“Be merciful to those who doubt; save others by snatching them from the fire; to others show mercy, mixed with fear – hating even the clothing stained by corrupted flesh.”

 Jude 22-23


The Church, the Body of Christ, has throughout the ages frequently missed the basic tenet of being merciful.    On the other hand the Church has been an instrument of mercy in society since its beginning.  It’s been a mixed bag.  In Luke 6:35-36 Jesus says,

“But love your enemies, do good to them, and lend to them without expecting to get anything back.  Then your reward will be great, and you will be sons of the Most High, because he is kind to the ungrateful and wicked.  Be merciful, just as your Father is merciful.”

God has shown us mercy, and he desires us to be merciful.  I believe our ability to be merciful depends on our ability to receive mercy.  Humility is the key.


To receive mercy, I must first recognize my need for mercy.  When I know that I have sinned against God, there is then the recognition of the debt I owe to God.  Secondly, I need to humble myself and become aware that there is nothing I can do to repay this debt.  God is willing and has made the way to grant me mercy by forgiving my debt.  I don’t have to work for it.  It’s free.  That is hard for me because in my pride I want to do something to earn forgiveness.  However, by holding on to this idea of earning forgiveness, I will never even understand mercy.


Now you can see why it’s a mixed bag for the Church.  Our pride often gets in the way.  In Matthew 9:13 Jesus says to the Pharisees, “But go and learn what this means: ‘I desire mercy, not sacrifice.’”  And again in 12:7, “If you had known what these words mean, ‘I desire mercy, not sacrifice,’ you would not have condemned the innocent.”  The Pharisees were caught up in a ritual of sacrifice that fed their pride allowing them to condemn others rather than show them mercy.  They were trying to pay their debt to God on their own merit.  They were blinded by pride and did not understand mercy.   Therefore, they could not extend mercy.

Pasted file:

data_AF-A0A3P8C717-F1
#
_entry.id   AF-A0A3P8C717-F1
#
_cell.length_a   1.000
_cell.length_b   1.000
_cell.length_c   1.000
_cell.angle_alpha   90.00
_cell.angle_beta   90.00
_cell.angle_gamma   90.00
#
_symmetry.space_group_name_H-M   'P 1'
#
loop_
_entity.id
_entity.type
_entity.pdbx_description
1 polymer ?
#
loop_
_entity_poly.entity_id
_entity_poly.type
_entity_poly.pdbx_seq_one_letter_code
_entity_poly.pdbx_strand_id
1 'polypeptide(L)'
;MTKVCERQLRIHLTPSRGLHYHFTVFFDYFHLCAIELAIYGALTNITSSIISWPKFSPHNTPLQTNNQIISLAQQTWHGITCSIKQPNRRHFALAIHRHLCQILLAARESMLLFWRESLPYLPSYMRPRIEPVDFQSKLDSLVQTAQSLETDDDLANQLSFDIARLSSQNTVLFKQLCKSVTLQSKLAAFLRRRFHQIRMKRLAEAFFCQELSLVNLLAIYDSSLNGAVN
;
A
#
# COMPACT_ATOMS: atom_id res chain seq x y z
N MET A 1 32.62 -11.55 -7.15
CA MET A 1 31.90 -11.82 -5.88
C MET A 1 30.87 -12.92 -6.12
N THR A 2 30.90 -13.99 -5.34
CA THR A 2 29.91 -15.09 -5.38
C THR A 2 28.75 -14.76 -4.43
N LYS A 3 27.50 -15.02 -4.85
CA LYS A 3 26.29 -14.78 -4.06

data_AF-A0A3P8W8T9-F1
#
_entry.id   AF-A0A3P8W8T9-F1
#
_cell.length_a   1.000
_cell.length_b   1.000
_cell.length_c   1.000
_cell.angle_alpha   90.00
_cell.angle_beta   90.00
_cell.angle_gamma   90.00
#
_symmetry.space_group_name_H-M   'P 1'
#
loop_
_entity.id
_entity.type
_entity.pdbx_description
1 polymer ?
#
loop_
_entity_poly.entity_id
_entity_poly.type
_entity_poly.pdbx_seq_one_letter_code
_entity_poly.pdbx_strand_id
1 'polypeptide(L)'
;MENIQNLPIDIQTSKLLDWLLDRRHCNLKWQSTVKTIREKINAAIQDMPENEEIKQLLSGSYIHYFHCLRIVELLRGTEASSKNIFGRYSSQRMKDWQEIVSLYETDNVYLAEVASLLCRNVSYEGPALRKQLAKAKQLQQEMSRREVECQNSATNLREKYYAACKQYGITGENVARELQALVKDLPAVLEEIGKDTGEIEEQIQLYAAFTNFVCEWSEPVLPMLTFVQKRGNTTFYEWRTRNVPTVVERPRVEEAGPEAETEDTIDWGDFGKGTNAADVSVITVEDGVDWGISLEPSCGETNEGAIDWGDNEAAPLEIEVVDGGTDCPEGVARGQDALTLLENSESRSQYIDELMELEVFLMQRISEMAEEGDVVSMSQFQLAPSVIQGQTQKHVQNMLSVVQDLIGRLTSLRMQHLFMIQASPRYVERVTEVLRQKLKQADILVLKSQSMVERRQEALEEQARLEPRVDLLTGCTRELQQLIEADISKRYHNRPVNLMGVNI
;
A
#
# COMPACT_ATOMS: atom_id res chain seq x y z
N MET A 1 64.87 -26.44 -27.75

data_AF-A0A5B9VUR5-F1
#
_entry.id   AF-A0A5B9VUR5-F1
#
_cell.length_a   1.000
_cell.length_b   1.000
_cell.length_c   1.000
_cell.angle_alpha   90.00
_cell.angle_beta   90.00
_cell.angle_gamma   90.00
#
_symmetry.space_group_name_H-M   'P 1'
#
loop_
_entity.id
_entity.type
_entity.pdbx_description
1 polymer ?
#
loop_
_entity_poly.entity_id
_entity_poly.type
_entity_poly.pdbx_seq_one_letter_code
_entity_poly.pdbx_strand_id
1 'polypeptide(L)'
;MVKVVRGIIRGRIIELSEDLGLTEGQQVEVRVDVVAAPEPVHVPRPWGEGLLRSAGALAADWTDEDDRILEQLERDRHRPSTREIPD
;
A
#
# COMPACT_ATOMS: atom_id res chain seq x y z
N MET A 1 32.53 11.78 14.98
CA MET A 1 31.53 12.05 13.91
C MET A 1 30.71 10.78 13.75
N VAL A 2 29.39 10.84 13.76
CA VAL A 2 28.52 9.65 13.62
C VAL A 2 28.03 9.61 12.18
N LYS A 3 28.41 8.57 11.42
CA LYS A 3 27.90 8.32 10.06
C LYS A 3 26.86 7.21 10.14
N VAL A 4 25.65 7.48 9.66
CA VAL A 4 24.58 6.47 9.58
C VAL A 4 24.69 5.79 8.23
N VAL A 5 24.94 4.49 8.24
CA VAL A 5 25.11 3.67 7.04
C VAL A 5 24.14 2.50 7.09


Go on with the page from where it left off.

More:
Mercy proceeds from a humble, forgiving heart.  This is God’s nature and his heart toward us.  By surrendering my will to God and allowing myself to be forgiven, I take the first step in understanding mercy.  I feel the burden of gilt lifted and the exhilaration of being free.  But, I must remember that I’m free and not fall prey to the lie that I must do something for this freedom.  That lie feeds my pride.  I must remain humble. Then in humble gratitude, I live under God’s mercy.  A life that is continually bathed in mercy emanates mercy.



Psalm 34:17&18

The righteous cry out, and the Lord hears them; he delivers them from all their troubles.  The Lord is close to the brokenhearted and saves those who are crushed in spirit.

I have prayed and ask the Lord for many things.  I have sought his wisdom and direction.  Still there have been times of despair when I was emotionally distraught, and I have cried out to the Lord.

In my recollection, every time I’ve reached the point of crying out God has immediately answered, and the answer has always brought me comfort.  Often the answer does not resolve the difficulty or even bring a positive outcome, but there was always a warm comforting touch from my Father.

I believe God answered my cry because in my crying out there was surrender and recognition of my need for him.  I went to him in my time of trouble since I needed him, and only he would do.

When I come to the end of myself, and I’m at the place of despair, unpretentiously I stand before the Lord.   Then my words flow from a humbled heart, and he draws near to me.  He hears and he answers.

When you come to the point of despair, God will be there to hear you.  He will answer.


Last week I wrote about restraint.  Continuing to contemplate this topic I have found an interesting connection.  Restraint is a companion to love.  If I love my neighbor as myself it stands to reason that I will restrain myself and defer to my neighbor’s wants and needs.  If I do not love then why restrain myself.  I will simply pursue whatever I want without regard for others.  Therefore love provides a motivation for restraint.

When love motivates us to restrain ourselves we find those virtues rising up in us like the ones Paul writes about in 1 Corinthians 13: 4-7,